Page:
By Dr. Kaycee Reyes
Besides making your waistline a lot bigger than it needs to be, having bad cholesterol in the body makes you more prone to lifestyle diseases, such as dyslipidemia.
The holidays are fast approaching. And with it comes the usual devil-may-care attitude about what we eat, drink, and do during the numerous holiday celebrations—not to mention Noche Buena—we’ll be attending. If you’ve resigned to the fact that gaining that holiday weight is inevitable and losing it is to be a resolution for the New Year, think again. Being mindful over what you eat now will save you from troubling conditions later on.
Take dyslipidemia, for example. Dyslipidemia is when you have high levels of low-density lipoprotein, or LDL for short. LDL is more commonly known as bad cholesterol. Dyslipidemia has no known symptoms, but it will be uncovered with simple blood work. Primary dyslipidemia is hereditary, so when it’s found out that a family member has it, it’s best to have yourself checked, too. It can also come with age—men over 40 years of age and postmenopausal women are more prone to it.
If you’re not within that age range and there’s no family history of it, you can still get dyslipidemia because of your lifestyle, like eating too much food that contains saturated or trans fat or smoking. LDL, or also known as triglycerides, is converted into energy when you burn them off through exercise. But if you consume more calories than you get to burn, those triglycerides build up, raising your LDL levels and perhaps blocking your arteries, which might put you at risk of heart conditions, like a stroke or a heart attack. Smokers and excessive drinkers are also more prone to getting dyslipdemia, since it raises your LDL levels.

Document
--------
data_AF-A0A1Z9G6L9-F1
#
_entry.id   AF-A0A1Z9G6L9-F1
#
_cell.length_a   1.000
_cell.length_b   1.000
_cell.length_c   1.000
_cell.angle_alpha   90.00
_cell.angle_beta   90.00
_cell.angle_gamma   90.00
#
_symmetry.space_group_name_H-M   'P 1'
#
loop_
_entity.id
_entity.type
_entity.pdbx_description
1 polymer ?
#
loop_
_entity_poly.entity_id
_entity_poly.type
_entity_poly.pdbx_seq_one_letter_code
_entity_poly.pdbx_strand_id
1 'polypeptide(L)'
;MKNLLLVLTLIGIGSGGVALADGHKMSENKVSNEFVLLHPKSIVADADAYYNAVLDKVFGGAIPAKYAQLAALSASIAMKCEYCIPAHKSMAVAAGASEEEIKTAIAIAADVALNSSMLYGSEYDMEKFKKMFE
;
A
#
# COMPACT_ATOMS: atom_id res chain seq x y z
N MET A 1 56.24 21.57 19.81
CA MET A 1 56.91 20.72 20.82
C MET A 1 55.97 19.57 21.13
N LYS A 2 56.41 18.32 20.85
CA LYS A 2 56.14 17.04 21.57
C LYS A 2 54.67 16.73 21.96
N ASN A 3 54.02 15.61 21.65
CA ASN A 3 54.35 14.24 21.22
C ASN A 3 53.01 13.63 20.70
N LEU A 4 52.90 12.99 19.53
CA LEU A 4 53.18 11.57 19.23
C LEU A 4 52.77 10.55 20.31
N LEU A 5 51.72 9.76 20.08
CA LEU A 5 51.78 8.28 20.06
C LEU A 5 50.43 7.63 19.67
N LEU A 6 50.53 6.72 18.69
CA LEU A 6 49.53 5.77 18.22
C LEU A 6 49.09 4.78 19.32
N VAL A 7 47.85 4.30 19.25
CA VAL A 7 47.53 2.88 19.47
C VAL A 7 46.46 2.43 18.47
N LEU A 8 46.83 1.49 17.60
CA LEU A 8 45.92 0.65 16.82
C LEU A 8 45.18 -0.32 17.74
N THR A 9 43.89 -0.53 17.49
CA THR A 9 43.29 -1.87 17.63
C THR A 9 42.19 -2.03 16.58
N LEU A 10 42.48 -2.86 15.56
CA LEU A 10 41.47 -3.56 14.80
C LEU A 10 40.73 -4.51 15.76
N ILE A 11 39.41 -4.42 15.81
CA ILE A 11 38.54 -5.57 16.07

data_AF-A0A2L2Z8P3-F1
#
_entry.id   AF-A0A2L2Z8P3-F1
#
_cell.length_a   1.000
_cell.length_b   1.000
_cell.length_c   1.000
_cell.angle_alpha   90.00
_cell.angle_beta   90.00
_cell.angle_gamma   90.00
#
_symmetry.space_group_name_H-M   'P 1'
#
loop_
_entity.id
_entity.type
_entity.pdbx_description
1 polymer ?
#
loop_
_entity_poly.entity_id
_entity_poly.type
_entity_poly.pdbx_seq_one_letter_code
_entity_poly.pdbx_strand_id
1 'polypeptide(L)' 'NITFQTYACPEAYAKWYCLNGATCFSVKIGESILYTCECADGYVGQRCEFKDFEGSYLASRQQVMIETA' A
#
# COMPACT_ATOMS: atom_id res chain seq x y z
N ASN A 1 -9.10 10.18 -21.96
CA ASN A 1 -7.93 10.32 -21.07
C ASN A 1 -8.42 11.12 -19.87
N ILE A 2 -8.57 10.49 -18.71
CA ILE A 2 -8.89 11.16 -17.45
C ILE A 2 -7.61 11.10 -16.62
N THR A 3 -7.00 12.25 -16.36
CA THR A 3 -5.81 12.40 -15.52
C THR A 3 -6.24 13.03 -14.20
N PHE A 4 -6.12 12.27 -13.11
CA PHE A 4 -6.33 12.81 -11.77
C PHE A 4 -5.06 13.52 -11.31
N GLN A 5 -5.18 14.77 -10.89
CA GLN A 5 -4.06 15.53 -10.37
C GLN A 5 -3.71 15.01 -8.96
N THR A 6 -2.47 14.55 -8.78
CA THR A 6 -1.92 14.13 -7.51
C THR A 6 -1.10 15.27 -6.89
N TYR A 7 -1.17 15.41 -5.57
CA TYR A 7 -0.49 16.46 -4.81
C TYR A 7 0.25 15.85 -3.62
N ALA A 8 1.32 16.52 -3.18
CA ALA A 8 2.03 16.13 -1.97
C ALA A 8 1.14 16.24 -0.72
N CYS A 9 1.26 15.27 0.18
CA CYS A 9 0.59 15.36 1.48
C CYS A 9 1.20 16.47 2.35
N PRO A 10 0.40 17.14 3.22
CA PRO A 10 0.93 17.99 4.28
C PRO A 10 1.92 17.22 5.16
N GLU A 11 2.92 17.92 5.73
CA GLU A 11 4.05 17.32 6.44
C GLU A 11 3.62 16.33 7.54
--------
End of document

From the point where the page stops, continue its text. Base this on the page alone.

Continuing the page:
What do you do when your blood test does reveal that you have dyslipidemia? Depending on your risk level and your diagnosis, it can range from a simple lifestyle change, to going on medication to keep your cholesterol under control. It cannot be overemphasized that proper diet and exercise will do wonders for not just your LDL level, but for your overall health.
Sneaking in the minutes to get your body moving will help you shed the unwanted pounds, plus keep your heart healthy, too. Think about getting into exercise that will get you moving and sweating—they say sweat is fat crying, and we completely agree! Progress from a few minutes to a whole fitness routine, and following and fitting your exercise routine into your schedule will eventually get easier.
Eating well, which means avoiding the bad fats and embracing the good fats, will take a bit of getting used to and a lot of willpower, but it is quite doable nowadays, especially with the numerous options we now have to help us eat healthy, from healthy food delivery services to organic produce being more accessible. Saying goodbye to refined sugar, processed food, and consuming saturated fat will also make you feel lighter and look slimmer. You can always replace it with veggies, fruits, and whole grains!
And your smoking habit? We all know it’s bad for you, and if those horrifying photos on each cigarette pack isn’t enough to deter you from smoking, think about the costly medical bills you might incur because of your smoking—with hope, that will help you curb your habit, and perhaps you can funnel the money you’ll save from buying cigarettes into something healthy, like a gym membership or a healthy food trip around the Philippines, perhaps?
As for the alcoholic intake, yes a glass of red wine is good for the heart—studies support that claim. But, like with anything, drinking must be done in moderation—anything done excessively will have adverse affects, which will make us suffer in the long run. So rather than being such a killjoy this holiday season, I say it’s best to still raise a glass, drink, and be merry. Let’s do it without needing to get drunk or blacking out, but to enjoy and celebrate the year that was, and to look forward to what is coming—and with a good, clean bill of health, at that!
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